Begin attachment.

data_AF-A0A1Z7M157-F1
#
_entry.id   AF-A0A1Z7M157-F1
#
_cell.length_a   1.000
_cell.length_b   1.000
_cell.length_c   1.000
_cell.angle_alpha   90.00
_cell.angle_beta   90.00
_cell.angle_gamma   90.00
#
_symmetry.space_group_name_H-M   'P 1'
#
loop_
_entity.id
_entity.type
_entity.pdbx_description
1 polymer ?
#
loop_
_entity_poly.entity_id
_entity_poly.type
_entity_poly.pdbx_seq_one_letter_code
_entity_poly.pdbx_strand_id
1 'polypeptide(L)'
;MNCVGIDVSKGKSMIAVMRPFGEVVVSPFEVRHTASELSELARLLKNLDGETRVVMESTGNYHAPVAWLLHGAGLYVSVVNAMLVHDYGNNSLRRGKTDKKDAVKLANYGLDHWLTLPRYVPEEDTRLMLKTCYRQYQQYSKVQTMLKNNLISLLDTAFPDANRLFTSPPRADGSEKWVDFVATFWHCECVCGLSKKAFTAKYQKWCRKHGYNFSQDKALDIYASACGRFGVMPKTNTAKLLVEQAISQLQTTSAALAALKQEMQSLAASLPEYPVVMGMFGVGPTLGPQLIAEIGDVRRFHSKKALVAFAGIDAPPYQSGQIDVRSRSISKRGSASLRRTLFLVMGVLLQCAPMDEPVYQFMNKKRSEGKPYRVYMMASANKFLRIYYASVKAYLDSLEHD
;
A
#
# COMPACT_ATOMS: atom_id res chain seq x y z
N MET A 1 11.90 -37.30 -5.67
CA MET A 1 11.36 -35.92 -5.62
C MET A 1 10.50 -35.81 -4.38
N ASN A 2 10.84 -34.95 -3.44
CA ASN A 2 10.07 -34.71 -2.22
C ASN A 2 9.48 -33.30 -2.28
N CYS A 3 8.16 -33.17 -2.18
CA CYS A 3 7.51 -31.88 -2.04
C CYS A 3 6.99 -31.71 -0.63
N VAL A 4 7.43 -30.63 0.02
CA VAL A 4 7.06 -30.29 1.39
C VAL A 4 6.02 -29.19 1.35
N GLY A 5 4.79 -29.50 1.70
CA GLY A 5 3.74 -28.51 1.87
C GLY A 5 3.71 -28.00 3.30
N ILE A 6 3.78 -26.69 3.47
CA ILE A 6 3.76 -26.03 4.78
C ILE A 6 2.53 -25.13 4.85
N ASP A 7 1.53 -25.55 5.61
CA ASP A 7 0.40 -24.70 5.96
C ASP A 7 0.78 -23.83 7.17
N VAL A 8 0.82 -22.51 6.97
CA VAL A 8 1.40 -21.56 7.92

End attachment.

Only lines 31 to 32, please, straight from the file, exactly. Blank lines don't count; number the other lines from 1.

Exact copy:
N MET A 1 11.90 -37.30 -5.67
CA MET A 1 11.36 -35.92 -5.62